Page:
“Bad Girls in the Line of the Redeemer”

“Bad Girls in the Line of the Redeemer”

When you hear a sermon on the last Sunday of Advent, you don’t usually hear a sermon on the genealogy of Jesus and even more rarely do you hear a lesson on the women in the genealogy which is sad because their inclusion is absolutely brilliant and is a perfect illustration of why Christ’s Advent occurred in the first place-to redeem a people, perhaps even a people that you and I would never expect, unto Himself and to glorify God the Father in their redeeming.

Matthew opens his Gospel with the Family Tree of Jesus and he does so to demonstrate 3 critical facts:

  1. Though Jesus was, in fact, God the Son, He was also a flesh and blood human being.
  2. Matthew illustrates that Jesus is the long awaited Messiah, the Divine King who would rule Israel, and even the nations, forever. Matthew proves his claim by providing the patrilineal genealogy of Jesus.
  3. Jesus has power to save the whole world. Matthew, conspicuously, includes gentiles in the lineage of Jesus thereby showing that Messiah, in His first advent, has come to redeem from the whole of the world.

I want to give you a thought to keep in mind as we go: In the days of Jesus, the Oral Tradition was very important and a recitation of a genealogy would call to mind the stories of the individuals listed and would serve as a record of God’s Grace.

Tamar… Rahab… Ruth… her who had been the wife of Uriah: This genealogy is noted for the unusual presence of four women. Women were rarely mentioned in ancient genealogies, and the four mentioned here are worthy of special note as examples of God’s grace. They show how God can take unlikely people and use them in great ways.

Tamar: She sold herself as a prostitute to her father-in-law Judah to bring forth Perez and Zerah (Genesis 38).

Rahab: She was a Gentile prostitute, for whom God took extraordinary measures to save from both judgment and her lifestyle of prostitution (Joshua 2; 6:22-23).

Ruth: She was from Moab, a Gentile, and until her conversion out of the covenant of Israel (Ruth 1).

Her who had been the wife of Uriah: Bathsheba (who is mentioned by implication in Matthew 1:6) was an adulteress, infamous for her sin with David (2 Samuel 11).

“Matthew’s peculiar way of referring to her, ‘Uriah’s wife,’ may be an attempt to focus on the fact that Uriah was not an Israelite but a Hittite.” (Carson)

These women have an important place in the genealogy of Jesus to demonstrate that Jesus identifies with sinners in His genealogy, even as He will in His birth, baptism, life, and His death on the cross. “Jesus is heir of a line in which flows the blood of the harlot Rahab, and of the rustic Ruth; he is akin to the fallen and to the lowly, and he will show his love even to the poorest and most obscure.” (Spurgeon)

These women have an important place in the genealogy of Jesus to show that there is a new place for women under the New Covenant. In both the pagan and the Jewish culture of that day, men often had little regard for women. In that era, some Jewish men prayed every morning thanking God that they were not Gentiles, slaves or women. Despite that, women were regarded more highly among the Jews than they were among the pagans.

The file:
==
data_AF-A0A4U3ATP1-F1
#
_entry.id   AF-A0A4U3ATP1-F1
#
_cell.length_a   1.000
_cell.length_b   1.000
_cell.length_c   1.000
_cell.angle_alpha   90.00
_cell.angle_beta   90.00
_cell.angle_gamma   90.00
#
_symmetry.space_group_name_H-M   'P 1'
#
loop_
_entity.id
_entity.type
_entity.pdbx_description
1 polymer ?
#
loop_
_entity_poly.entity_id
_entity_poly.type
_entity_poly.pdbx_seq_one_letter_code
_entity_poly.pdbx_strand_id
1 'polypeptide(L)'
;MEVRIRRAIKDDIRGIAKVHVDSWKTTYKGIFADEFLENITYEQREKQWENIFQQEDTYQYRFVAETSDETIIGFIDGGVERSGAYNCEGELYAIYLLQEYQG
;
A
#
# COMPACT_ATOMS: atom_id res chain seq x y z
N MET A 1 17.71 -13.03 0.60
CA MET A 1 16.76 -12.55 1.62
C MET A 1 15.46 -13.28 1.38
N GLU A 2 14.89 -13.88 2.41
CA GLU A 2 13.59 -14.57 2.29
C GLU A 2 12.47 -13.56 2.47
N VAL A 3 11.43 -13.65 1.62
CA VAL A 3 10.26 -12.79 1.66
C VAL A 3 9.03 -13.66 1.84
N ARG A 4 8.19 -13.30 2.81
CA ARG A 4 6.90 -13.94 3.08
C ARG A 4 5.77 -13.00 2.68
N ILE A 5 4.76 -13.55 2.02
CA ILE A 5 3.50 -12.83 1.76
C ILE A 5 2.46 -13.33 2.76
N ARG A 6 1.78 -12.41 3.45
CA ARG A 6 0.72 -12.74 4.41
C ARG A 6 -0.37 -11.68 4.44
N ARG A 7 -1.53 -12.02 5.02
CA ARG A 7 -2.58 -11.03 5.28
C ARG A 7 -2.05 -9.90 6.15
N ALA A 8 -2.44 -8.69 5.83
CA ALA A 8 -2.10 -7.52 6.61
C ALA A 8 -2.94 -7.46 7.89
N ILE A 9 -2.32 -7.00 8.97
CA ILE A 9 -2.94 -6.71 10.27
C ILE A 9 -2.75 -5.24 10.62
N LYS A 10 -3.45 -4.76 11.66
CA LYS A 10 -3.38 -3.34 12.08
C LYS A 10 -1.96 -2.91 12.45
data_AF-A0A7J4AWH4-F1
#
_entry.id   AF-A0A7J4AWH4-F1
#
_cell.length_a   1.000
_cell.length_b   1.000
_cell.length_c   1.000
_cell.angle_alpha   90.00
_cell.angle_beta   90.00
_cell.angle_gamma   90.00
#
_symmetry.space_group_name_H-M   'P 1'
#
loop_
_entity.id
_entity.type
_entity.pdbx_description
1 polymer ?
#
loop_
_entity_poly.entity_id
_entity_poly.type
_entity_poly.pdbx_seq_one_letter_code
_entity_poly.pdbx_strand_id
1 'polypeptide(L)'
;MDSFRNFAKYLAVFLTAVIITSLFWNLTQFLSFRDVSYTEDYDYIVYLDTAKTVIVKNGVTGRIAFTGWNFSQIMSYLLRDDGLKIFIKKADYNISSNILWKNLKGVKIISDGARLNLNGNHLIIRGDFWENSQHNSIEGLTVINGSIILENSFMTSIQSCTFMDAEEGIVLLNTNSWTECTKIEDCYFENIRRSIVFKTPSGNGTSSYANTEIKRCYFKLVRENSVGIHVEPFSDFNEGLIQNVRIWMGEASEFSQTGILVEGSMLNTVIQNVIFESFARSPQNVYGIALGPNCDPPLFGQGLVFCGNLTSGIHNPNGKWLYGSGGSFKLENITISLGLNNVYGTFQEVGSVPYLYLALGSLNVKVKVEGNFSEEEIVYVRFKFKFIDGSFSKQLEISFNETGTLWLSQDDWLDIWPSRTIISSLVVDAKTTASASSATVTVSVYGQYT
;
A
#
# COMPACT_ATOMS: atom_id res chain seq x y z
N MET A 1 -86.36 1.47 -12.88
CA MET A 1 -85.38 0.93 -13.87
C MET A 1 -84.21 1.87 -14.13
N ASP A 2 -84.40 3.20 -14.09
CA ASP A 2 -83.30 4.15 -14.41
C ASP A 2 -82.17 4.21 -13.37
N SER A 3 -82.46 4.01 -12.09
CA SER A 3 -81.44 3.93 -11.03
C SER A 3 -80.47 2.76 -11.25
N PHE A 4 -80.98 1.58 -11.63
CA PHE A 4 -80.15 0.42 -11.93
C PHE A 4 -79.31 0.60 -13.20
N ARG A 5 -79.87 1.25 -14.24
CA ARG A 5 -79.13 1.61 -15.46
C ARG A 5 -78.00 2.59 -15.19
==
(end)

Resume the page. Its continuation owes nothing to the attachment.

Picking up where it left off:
“By far the most amazing thing about this pedigree is the names of the women who appear in it.” (Barclay)

“Men and women, notorious for their evil character, lie in the direct line of his descen. This was permitted, that He might fully represent our fallen race.” (Meyer)

So let’s look at the notorious women that no one would expect to be in the line of Messiah the King

SARAH: Laughing all the way to redemption (Genesis 18:9-15)

Why is Sarah so important? She is the mother of the people of Israel and it is from Israel that we receive Messiah the King. Sarah, then is “mother” of the Redeemer.

Strengths and accomplishments

  • Was intensely loyal to her own child
  • Became the mother of a nation and an ancestor of Jesus
  • Was a woman of faith, the first woman listed in the Hall of Faith in Hebrews 11

Weaknesses and mistakes

  • Had trouble believing God’s promises to her
  • Attempted to work problems out on her own, without consulting God
  • Tried to cover her faults by blaming others

Lessons from her life

  • God responds to faith even in the midst of failure
  • God is not bound by what usually happens; he can stretch the limits and cause unheard-of events to occur

Key verse

“It was by faith that even Sarah was able to have a child, though she was barren and was too old. She believed that God would keep his promise” (Hebrews 11:11).

Sarah’s story unfolds in Genesis 11—25. She is also mentioned in Isaiah 51:2; Romans 4:19; 9:9; Hebrews 11:11; 1 Peter 3:6.

TAMAR: Holding the Line

Genesis 38:1-30

Why is Tamar important to the Old Testament? Tamar held fast the line of Judah by forcing him to father an heir for her and, it is this line that leads to Jesus.

Fast Facts:

  • Widowed by Er, Judah’s 1st born son.
  • Widowed a 2nd time by Onan, Judah’s 2nd son, who was struck dead by God for refusing to consummate the marriage with Tamar.
  • Pretended to be a prostitute to trick Judah into fathering an heir for her.

Life lessons:

  • Even when a person refuses to obey, God’s plans cannot be thwarted.
  • Though wicked deeds are not encouraged, they can be redeemed for God’s glory


RAHAB: A prodigal daughter comes home (Joshua 6:22-23)